‘I used the chair to pay a tribute to all the people who where ever in contact with. Like the insects that eat the wood, I accelerated the natural deterioration of the chair, continuing the dialogue between the chair and the human being, playing with the notion of time, in a society where everything goes faster. In memoriam of the commitment of the village the dust blended the precious soil, connecting the past, the present and the future wishing the new comes questioning and respecting all what we are.’
Oreen Cohen is a graduate art student at Carnegie Mellon University, Pittsburgh (U.S.A). She had several solo shows at Area 405 (Baltimore) and Transformer Gallery (Washington, DC), and numerous group exhibitions. In 2011, she was a recipient of a New York Foundation for the Arts Sculpture Fellowship. Cohen has participated in several residency programs in the U.S and abroad.
Oreen Cohen’s work is based in site-specific sculpture, installation and public art that investigates the potential of self and space. As an artist and resident from the Rust Belt Region, she poses a question and aims to answer it with her work: How can art contribute to a sense of local identity in light of our changing built environments?
Her installation at Cal Marçal transported viewers to the 1950’s when Cal Marçal, after being closed by the fascists, became a factory. Her installation, The White Elephant that Dragged Spain into the Red, was created by using the remains of machinery, lamps, toys, music boxes and tiles found in the cinema. Taking the action of cleaning as a metaphor, her installation reflected everyday life tasks.
She also connected with the landscape by doing performance work in the red dirt of the abandoned olive grove near the residency. In the work, White Wash, she raked the land, tiled the ground with white tiles and washed the floor with mud. In the work, Pedra Seca, she repetitively leapfrogged two stones across the field to recreate the laborious act of Pedra Seca wall building techniques on barren land. After the residency, she exhibited the video works at an International Film Festival, in Camaguey, Cuba.oreencohen.com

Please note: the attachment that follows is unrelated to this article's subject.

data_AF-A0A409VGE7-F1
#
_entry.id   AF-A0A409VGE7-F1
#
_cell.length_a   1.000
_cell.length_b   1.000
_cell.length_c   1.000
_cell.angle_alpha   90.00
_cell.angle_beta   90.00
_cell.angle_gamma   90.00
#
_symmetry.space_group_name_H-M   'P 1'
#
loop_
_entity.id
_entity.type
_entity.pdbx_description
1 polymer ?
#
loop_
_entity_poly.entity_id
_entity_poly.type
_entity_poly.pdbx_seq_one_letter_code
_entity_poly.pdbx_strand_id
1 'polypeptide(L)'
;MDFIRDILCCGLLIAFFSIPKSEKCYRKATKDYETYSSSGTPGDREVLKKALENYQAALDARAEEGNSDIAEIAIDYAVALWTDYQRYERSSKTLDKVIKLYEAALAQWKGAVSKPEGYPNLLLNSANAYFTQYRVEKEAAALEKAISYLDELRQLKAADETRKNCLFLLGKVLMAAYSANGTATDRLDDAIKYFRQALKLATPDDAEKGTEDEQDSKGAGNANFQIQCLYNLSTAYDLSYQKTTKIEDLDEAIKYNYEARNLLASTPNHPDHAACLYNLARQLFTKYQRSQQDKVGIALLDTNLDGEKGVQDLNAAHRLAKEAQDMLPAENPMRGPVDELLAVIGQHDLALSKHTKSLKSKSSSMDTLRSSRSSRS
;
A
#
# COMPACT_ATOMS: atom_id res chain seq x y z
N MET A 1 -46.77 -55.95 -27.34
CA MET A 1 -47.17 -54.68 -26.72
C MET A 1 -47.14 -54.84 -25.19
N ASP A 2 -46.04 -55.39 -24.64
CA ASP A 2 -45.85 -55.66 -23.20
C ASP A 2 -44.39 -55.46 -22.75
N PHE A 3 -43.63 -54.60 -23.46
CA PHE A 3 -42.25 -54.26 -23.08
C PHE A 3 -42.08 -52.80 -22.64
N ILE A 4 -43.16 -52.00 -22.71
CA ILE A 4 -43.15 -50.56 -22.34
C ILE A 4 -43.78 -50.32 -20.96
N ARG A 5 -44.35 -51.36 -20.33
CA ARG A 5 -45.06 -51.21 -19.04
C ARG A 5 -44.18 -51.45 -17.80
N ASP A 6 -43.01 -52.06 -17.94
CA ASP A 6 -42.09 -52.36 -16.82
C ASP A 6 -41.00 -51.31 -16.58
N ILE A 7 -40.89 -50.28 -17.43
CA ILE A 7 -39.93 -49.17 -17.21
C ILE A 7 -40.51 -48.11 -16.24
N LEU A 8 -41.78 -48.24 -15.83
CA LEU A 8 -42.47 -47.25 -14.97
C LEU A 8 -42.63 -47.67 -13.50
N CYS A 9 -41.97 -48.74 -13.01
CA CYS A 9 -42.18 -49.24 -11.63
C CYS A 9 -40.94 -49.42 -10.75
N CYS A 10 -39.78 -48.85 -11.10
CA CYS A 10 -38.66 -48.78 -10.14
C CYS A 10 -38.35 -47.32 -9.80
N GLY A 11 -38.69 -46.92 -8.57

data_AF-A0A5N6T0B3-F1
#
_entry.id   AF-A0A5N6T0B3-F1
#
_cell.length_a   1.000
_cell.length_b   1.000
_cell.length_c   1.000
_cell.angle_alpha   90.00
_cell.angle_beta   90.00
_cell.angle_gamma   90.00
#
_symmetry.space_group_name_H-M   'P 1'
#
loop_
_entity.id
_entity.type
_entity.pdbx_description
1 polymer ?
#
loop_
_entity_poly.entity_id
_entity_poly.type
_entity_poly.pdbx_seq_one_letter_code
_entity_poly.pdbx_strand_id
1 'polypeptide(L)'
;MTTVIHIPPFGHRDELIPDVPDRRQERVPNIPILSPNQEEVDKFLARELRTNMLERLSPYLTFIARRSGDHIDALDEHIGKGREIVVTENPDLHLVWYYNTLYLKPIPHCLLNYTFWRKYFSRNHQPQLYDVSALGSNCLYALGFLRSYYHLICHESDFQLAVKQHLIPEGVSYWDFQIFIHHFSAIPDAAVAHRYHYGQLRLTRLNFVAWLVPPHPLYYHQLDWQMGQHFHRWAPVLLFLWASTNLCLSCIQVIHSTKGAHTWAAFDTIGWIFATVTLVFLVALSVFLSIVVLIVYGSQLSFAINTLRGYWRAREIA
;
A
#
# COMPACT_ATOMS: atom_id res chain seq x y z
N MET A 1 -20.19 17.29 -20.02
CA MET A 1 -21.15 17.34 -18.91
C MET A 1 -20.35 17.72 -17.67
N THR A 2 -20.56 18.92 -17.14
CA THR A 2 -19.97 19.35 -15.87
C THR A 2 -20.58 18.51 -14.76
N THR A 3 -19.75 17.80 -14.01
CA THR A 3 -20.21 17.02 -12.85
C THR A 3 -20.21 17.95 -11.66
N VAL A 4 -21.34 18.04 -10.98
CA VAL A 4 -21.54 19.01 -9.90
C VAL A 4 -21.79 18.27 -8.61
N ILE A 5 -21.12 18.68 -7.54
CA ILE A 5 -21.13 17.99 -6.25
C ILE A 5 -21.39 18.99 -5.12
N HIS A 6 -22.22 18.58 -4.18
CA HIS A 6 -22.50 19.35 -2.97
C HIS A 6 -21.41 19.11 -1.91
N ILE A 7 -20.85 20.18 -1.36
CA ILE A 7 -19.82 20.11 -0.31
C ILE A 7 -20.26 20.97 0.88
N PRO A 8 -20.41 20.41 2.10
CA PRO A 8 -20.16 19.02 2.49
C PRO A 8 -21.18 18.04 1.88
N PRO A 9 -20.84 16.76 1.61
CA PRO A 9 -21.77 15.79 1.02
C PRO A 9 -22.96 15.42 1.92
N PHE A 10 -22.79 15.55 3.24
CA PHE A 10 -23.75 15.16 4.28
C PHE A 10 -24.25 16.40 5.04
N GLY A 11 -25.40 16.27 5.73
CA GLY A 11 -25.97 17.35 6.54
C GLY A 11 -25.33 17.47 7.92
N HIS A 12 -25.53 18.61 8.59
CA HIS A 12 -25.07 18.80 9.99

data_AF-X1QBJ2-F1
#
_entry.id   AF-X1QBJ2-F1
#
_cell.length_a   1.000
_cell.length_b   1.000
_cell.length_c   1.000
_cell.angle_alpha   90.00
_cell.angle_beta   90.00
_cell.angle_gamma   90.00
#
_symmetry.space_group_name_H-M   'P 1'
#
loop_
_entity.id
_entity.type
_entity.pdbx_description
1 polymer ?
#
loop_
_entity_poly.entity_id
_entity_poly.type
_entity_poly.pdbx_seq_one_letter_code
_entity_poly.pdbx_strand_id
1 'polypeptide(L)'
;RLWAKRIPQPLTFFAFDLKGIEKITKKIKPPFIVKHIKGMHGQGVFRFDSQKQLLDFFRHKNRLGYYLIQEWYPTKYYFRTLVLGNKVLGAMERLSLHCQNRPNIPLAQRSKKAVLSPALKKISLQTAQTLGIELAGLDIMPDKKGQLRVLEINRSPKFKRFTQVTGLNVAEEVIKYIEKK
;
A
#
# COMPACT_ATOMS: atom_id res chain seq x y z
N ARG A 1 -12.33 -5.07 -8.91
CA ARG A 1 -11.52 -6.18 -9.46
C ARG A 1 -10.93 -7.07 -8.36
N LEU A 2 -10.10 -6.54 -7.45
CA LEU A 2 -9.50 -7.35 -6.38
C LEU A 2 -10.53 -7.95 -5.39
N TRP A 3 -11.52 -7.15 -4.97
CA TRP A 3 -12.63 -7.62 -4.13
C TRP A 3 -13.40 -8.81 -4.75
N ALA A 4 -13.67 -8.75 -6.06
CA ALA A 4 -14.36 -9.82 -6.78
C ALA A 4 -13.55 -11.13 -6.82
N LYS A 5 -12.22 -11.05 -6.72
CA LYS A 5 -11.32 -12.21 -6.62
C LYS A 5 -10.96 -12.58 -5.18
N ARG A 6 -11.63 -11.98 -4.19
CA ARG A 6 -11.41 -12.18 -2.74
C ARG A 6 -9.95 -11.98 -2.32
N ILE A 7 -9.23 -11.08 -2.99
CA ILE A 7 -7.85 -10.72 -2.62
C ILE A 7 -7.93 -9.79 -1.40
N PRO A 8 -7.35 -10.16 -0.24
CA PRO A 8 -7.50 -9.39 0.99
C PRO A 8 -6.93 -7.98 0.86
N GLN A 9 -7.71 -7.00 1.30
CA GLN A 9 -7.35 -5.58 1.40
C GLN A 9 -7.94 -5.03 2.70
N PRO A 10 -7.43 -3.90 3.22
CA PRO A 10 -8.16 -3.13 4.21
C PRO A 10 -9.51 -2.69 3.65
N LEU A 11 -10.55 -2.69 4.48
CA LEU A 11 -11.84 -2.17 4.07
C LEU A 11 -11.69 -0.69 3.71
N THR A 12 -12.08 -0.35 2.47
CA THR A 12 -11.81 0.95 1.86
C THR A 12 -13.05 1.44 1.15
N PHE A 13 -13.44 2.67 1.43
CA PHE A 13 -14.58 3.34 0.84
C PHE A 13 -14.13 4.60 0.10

Cole Sternberg is an American visual artist. He has studied at Villanova University and the American University, Washington College of Law, J.D. His work has been featured in numerous exhibitions and publications worldwide. Sternberg’s works are chiefly in the medium of painting, but also photography, sculpture, installations and film. Series of Sternberg’s works have focused on a variety of social issues, from current human rights activism and it’s relationship to the law, to the environment, to the media and concepts of content overload. The works tend to be subtle or subversive in nature, driven by elegant visual concepts and poetry versus overt political statements.
For his project at CeRCCa, Cole Stenberg brought us to the 1990’s when Cal Marçal, used now as a storage space, was the home of a rare collection of birds and reptiles. On the stage, hidden behind the curtains, the visitors could find a darkened place that combined painting, light, sound and real birds, creating a mysterious landscape. The hidden part became a sensorial space shared by golden canvases, spider webs, old cages and the subtle singing of the birds.
As Cole says:
‘Atrapat en un moment (Trapped in a moment) deals with visions of entrapment and perceptions of freedom. In discovering these elegant aged birdcages hidden behind a curtain on the stage of an old theater in LLorenç del Penedès, Cole found the perfect objects to address the entrapment of a small village in Catalonia as well as the entrapment of being caught chasing a false American dream in Los Angeles. The village and the theater themselves were stunning, as is the lifestyle of the place. However, religious and economical issues leave the village lacking on many levels. Whereas in Los Angeles, the streets are a mess and poverty battles extreme wealth on a daily basis and people breathe in pollution and hustle without a moment of contemplation.’colesternberg.com